More generally spreading standards across the public

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More generally, spreading standards across the public sector will require a judicious mixture of working adaptively and stronger incentives. GDS can be an influential node in the network by virtue of its ability to speak on digital issues for central government as a whole. It can both work with those who are open to change, such as the network of 19 local authorities that have developed a local version of the GDS Digital Government Standard, and also explore ways to spread standards through regulation, including by learning from other sectors, such as retail banking.
22 IMPROVING THE MANAGEMENT OF DIGITAL GOVERNMENT Learning from banking In 2016, the Competition & Markets Authority (CMA) concluded an investigation into retail banking. The CMA was concerned that it was too difficult for the banks’ customers to understand the costs of products, such as current accounts, and this meant that customers did not readily switch bank accounts, reducing competition in the sector. As a remedy, the CMA required retail banks to agree and use a standard open API. 76 This will allow customers to compare the prices of banks’ products, such as current accounts, and new services to be built by third parties. Services that meet citizens’ needs Digital technology is not an end in itself, but rather provides tools that help services to better meet citizens’ needs. It is these needs, rather than technology, which need to be the starting point in thinking about services. 77 Even while policy is likely to continue to be organised mainly in domains such as ‘education’, ‘health’ and ‘justice’, there are many issues, such as mental health, that cross departmental boundaries, and many life events, such as registering a new baby, that are not fully addressed by one organisation. Even if the GDS Digital Service Standard is applied, within the constraints of one department or public body, user research will tend to be limited by the services that that department or public body can provide. The Government Transformation Strategy recognises that existing departmental boundaries do not correspond with people’s needs. It argues that the Transforming Together network (a group of leaders across the civil service working to transform government so that it works better for citizens and businesses) and the Transformation Peer Group (a group of senior transformation leaders from around government that has oversight of the major transformation programmes) could support more joint work. 78 We agree that these help, but more is needed. At present, it is very difficult for business cases for spending, which require Treasury approval, to be developed across more than one Whitehall department. Our interviewees identified this as a major barrier. Recommendation 6: The Treasury should work with GDS to consider which life events, such as registering a birth or selling a house, could benefit from new services, and fund their development.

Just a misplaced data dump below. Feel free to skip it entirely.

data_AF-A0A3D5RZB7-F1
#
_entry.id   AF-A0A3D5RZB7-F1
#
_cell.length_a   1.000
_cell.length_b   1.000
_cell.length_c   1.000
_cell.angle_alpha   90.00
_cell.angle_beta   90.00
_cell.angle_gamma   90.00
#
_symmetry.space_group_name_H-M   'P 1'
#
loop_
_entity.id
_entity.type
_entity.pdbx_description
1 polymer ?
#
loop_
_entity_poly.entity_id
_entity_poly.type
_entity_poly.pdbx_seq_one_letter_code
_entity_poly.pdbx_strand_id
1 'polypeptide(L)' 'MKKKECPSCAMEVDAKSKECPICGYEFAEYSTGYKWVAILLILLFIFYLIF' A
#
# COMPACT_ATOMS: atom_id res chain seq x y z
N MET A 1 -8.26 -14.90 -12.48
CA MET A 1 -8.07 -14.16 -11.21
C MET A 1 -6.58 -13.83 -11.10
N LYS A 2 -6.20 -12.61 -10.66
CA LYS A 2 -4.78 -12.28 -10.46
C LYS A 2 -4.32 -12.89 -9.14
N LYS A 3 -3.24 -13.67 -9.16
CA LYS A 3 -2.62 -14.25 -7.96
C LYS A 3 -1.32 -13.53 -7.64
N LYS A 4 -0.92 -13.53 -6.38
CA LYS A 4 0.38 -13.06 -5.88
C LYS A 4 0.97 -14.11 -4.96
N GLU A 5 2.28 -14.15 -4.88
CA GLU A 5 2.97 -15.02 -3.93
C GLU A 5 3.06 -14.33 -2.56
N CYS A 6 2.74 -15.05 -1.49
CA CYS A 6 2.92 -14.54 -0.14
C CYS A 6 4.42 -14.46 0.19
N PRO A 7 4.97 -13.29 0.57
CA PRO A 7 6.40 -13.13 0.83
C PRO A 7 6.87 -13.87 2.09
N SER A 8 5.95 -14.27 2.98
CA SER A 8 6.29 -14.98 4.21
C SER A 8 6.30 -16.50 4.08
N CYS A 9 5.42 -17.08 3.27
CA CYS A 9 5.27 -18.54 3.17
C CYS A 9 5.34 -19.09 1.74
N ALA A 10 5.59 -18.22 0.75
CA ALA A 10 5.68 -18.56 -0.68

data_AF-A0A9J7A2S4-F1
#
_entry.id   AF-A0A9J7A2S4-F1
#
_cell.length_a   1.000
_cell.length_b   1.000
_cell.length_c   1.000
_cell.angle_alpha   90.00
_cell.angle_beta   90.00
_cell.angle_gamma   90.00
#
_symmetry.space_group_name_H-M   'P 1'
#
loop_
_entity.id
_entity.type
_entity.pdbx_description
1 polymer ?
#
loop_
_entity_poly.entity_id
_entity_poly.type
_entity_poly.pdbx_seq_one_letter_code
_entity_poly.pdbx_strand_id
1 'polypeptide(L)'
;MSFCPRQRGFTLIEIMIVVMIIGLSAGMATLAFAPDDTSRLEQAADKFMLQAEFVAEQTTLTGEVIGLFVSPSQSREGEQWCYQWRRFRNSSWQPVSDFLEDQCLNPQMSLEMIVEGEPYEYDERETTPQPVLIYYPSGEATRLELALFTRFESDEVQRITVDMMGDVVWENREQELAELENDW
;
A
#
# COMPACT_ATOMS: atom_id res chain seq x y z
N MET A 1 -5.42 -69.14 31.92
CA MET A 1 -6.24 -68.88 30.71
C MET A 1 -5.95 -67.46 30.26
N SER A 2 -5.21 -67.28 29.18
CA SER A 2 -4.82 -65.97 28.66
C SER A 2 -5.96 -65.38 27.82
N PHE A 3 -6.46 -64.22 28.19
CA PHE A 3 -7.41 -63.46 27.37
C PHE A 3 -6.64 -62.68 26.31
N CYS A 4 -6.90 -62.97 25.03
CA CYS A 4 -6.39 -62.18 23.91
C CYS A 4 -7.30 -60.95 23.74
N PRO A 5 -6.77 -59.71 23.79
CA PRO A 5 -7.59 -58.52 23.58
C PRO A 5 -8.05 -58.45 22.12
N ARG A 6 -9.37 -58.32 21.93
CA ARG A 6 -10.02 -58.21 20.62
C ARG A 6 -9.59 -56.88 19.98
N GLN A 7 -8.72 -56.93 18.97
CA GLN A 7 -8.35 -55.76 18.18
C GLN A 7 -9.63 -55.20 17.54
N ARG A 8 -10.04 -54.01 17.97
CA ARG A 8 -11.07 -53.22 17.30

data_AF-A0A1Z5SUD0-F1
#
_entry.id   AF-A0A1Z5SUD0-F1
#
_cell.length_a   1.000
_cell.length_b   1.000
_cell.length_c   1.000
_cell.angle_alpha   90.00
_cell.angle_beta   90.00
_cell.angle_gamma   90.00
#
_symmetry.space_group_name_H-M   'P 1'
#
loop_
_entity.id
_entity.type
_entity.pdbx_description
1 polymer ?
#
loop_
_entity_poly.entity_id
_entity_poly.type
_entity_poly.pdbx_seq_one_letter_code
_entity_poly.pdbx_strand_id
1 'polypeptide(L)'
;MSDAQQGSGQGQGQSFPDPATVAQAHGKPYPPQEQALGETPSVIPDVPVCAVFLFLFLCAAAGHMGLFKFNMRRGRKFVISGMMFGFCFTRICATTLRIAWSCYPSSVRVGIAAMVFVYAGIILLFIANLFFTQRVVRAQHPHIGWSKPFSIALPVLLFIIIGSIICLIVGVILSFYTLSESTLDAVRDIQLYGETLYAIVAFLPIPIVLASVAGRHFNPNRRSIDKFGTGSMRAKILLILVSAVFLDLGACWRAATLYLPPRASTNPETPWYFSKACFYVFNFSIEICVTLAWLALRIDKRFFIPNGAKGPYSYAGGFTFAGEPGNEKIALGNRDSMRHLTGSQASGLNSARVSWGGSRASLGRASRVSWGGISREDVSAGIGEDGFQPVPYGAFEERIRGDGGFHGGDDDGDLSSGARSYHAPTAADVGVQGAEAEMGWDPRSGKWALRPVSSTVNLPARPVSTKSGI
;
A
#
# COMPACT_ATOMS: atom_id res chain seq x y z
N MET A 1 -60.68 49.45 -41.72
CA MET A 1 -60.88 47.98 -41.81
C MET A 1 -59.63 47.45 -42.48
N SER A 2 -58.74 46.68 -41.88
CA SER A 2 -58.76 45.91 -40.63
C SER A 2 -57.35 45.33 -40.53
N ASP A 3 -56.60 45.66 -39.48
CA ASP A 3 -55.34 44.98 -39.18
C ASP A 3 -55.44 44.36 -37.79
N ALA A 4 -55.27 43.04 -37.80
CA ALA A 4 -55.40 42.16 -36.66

23 IMPROVING THE MANAGEMENT OF DIGITAL GOVERNMENT 8. Priorities Brexit will put serious strain on government. The Conservative Party’s 2017 manifesto adds some ambitious digital commitments. Prioritisation is essential.

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